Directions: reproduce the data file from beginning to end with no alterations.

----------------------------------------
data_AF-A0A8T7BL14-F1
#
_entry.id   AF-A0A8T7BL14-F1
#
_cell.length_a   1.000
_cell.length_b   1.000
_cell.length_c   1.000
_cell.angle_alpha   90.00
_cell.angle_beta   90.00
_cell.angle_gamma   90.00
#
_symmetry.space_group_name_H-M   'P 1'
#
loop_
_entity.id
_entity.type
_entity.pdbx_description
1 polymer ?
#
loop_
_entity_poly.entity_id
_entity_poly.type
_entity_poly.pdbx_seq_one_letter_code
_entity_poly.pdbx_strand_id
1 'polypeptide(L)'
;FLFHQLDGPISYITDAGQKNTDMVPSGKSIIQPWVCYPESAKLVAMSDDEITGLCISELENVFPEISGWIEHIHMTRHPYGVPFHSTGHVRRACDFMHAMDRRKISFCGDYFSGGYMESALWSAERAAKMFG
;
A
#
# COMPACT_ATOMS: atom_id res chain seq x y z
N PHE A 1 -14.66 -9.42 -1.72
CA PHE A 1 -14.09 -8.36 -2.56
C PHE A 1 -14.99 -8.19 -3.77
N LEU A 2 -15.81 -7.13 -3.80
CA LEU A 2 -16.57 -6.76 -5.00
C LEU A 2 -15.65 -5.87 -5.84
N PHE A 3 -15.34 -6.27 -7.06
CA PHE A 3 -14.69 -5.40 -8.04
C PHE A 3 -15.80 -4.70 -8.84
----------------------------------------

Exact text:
data_AF-A0A8T7BL14-F1
#
_entry.id   AF-A0A8T7BL14-F1
#
_cell.length_a   1.000
_cell.length_b   1.000
_cell.length_c   1.000
_cell.angle_alpha   90.00
_cell.angle_beta   90.00
_cell.angle_gamma   90.00
#
_symmetry.space_group_name_H-M   'P 1'
#
loop_
_entity.id
_entity.type
_entity.pdbx_description
1 polymer ?
#
loop_
_entity_poly.entity_id
_entity_poly.type
_entity_poly.pdbx_seq_one_letter_code
_entity_poly.pdbx_strand_id
1 'polypeptide(L)'
;FLFHQLDGPISYITDAGQKNTDMVPSGKSIIQPWVCYPESAKLVAMSDDEITGLCISELENVFPEISGWIEHIHMTRHPYGVPFHSTGHVRRACDFMHAMDRRKISFCGDYFSGGYMESALWSAERAAKMFG
;
A
#
# COMPACT_ATOMS: atom_id res chain seq x y z
N PHE A 1 -14.66 -9.42 -1.72
CA PHE A 1 -14.09 -8.36 -2.56
C PHE A 1 -14.99 -8.19 -3.77
N LEU A 2 -15.81 -7.13 -3.80
CA LEU A 2 -16.57 -6.76 -5.00
C LEU A 2 -15.65 -5.87 -5.84
N PHE A 3 -15.34 -6.27 -7.06
CA PHE A 3 -14.69 -5.40 -8.04
C PHE A 3 -15.80 -4.70 -8.84